Biographical History of Pottawattmie Co., IA - Amelia BLOOMER
Biographical History of Pottawattamie County, Iowa

Photo of Amelia BLOOMERMRS. AMELIA BLOOMER. -- Inasmuch as the name of this lady has become prominent over the country, it seems proper that it should appear in this history, more especially as she is now one of the oldest settlers.

Mrs. Bloomer was born in Cortland County, New York, in the year 1818.  Her maiden name was Amelia Jenks.  She received a fair education in the common schools of the State, and after arriving at suitable age she engaged in teaching, at first in the public schools and afterward as a private tutor.  She was married in 1840 to Dexter C. Bloomer, of Seneca Falls, New York, where she resided with her husband until the fall or winter of 1853.  Mr. Bloomer was an attorney, and also, at the time of their marriage and for some years after, editor and one of the publishers of a county newspaper.  Mrs. Bloomer early began to write for the paper, confining her articles mainly to the advocacy of temperance, of which she has always been an ardent defender.  She was one of the editors of the Water Bucket, a temperance paper published during the Washingtonian revival, and she early connected herself with the order of Good Templars.  In 1849 a temperance paper called the Lily was commenced in Seneca Falls, and it very soon fell entirely into the hands of Mrs. Bloomer, both as editor and publisher.  It was continued by her for six years in New York, and one year in Ohio.  It was devoted to the "interests of woman," and ardently advocated the cause of temperance and woman's enfranchisement, and attained a wide circulation.  In 1851 Mrs. Bloomer first appeared on the platform as a public speaker, and she, in company with other advocates of temperance and Woman's Rights, in the winter of that year addressed large and attentive audiences in all large cities of the State.  Mrs. Bloomer continued, during her residence in New York and Ohio, to speak frequently on the question so near her heart, visiting and speaking in Cleveland, Cincinnati, Chicago, Milwaukee and St. Louis; and wherever she went she always was favored with full houses.  In 1850 Mrs. Bloomer's attention was called to the short dresses and trowsers which a few ladies about that time began to don.  She was pleased with it, adopted it in place of the long, heavy skirt that ladies were accustomed to wear, and advocated in the Lily its adoption by others.  It soon excited great interest, and her name soon became connected with it the world over.  Mrs. Bloomer continued to wear it for some six years; and she is still a firm believer that its general use would tend to promote the comfort and health of her sex.  She, however, never publicly advocated it other than in the columns of her paper, and never in any way alluded to it in her public addresses.  Her main theme and the work of her life has been the enfranchisement of woman, alike in industrial employments, in educational privileges, and in political rights; and in all these respects she has been spared to witness most wonderful progress; but the hour of complete triumph is yet delayed.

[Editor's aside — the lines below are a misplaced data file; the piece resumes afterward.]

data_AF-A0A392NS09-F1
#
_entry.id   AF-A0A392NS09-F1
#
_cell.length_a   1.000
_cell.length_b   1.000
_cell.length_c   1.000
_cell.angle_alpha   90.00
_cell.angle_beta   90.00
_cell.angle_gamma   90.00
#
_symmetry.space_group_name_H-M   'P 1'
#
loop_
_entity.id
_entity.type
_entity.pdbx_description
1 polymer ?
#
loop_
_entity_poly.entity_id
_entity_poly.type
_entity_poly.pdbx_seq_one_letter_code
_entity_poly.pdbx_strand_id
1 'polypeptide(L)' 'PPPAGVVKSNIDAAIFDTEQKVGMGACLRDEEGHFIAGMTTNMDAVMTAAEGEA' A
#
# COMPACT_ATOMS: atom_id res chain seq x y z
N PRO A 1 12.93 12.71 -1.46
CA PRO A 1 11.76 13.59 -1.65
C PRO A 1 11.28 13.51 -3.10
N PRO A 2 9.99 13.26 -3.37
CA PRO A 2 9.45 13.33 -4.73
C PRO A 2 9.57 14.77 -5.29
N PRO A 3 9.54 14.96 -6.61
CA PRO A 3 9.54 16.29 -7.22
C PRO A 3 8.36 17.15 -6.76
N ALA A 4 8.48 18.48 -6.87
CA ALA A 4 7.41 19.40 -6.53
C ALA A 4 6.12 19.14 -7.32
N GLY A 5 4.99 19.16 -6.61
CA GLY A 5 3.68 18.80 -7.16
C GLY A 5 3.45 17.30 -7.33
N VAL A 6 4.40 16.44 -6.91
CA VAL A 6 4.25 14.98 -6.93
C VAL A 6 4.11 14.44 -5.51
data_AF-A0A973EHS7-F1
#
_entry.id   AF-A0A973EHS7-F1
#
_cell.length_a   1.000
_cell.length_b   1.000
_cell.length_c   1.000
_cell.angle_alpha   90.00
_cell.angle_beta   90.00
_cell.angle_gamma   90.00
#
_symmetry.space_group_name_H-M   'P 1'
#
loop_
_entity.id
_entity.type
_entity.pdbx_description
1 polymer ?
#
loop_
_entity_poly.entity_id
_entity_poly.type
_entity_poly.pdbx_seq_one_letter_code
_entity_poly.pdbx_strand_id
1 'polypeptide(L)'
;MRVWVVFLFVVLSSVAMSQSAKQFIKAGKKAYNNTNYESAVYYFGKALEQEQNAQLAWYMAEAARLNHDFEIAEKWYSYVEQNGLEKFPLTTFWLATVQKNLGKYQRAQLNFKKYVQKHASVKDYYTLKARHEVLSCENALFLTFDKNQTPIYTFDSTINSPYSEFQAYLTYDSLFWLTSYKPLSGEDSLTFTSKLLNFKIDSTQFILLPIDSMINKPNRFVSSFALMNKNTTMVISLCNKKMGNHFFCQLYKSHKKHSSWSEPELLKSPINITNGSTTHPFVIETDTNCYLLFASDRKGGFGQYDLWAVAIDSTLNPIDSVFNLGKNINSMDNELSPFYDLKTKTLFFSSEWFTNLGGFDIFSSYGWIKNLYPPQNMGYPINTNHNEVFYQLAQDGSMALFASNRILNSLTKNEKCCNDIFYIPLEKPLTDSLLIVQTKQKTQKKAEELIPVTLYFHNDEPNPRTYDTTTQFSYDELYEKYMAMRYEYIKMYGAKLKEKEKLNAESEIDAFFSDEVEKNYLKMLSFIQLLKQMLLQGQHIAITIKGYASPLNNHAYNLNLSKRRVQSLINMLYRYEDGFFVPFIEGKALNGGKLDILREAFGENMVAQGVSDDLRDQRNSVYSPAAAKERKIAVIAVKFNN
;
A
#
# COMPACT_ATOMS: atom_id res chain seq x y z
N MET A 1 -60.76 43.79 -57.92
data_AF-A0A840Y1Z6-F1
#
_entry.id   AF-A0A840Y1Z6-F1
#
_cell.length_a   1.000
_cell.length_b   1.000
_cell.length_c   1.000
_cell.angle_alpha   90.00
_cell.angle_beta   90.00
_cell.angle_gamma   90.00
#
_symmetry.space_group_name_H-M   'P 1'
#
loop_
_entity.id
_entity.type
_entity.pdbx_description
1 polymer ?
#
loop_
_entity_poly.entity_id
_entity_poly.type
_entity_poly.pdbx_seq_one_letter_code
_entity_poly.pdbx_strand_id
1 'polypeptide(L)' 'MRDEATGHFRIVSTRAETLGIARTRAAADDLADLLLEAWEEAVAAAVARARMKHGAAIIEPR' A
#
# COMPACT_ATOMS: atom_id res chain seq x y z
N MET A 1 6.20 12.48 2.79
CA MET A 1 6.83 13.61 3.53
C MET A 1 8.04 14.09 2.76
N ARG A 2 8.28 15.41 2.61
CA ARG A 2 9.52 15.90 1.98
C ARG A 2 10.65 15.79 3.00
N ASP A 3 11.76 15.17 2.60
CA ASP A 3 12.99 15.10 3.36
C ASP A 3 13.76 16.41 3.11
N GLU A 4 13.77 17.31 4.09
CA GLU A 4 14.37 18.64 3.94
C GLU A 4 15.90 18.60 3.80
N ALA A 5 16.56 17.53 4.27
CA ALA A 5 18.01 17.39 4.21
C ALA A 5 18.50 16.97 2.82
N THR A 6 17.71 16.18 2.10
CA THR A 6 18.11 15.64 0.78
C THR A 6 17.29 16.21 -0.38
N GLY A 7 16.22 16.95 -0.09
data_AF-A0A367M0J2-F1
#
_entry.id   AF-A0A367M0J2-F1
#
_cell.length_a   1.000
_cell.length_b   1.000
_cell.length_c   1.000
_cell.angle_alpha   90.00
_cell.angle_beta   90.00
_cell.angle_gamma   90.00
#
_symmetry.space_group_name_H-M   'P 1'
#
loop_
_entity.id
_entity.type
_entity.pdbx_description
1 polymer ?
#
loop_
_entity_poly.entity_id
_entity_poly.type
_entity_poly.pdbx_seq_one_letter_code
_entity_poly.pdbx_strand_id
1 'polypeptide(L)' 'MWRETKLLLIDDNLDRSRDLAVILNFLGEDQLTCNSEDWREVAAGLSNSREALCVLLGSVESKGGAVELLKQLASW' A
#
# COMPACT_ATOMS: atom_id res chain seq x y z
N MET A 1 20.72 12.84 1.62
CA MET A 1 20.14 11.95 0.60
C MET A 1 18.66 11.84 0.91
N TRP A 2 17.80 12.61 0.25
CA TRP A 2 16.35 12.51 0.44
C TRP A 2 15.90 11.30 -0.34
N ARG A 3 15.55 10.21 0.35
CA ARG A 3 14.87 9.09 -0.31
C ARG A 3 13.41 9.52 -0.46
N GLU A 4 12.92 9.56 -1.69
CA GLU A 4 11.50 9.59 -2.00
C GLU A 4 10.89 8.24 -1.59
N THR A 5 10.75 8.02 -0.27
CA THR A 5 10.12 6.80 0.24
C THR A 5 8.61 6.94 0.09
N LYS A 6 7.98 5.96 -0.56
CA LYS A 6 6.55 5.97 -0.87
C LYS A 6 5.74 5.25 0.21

In 1854 Mrs. Bloomer removed with her husband to Mount Vernon, Ohio, where, during that year, she continued the publication of her paper, acting also as associate editor of the Western Home Visitor.  She made many addresses during the year in that State, and organized a number of lodges of Good Templars.  In 1855 she became a resident of Council Bluffs, where she has since resided.  She has spoken often and written a great deal on her favorite subject of Woman's Rights, as well as upon temperance and other prominent questions before the public.  She was the first president of the Iowa Woman Suffrage Society, and her residence has always been open to the advocates of her favorite ideas, as they stopped or passed through the city.  But advancing years has limited her activities, and she has been compelled to to leave to others the carrying on the battle for equal justice for her sex.

In 1842 she became a member of the Episcopal Church, and she has continued her connections with it through all the subsequent years, and aided in its work in many ways in the city of her adoption.  She has taken a deep interest in whatever tends to ameliorate all suffering and promote the happiness of the poor and the unfortunate, as well as the rich.  In the spring of 1890 she celebrated, in connection with her husband, their Golden Wedding, in the pleasant cottage in which they have resided for thirty-five years.  It was thronged with their friends, who joyfully seized the occasion to express their high regards for the venerable pair, and the presents which they received were alike numerous, beautiful and spontaneous.

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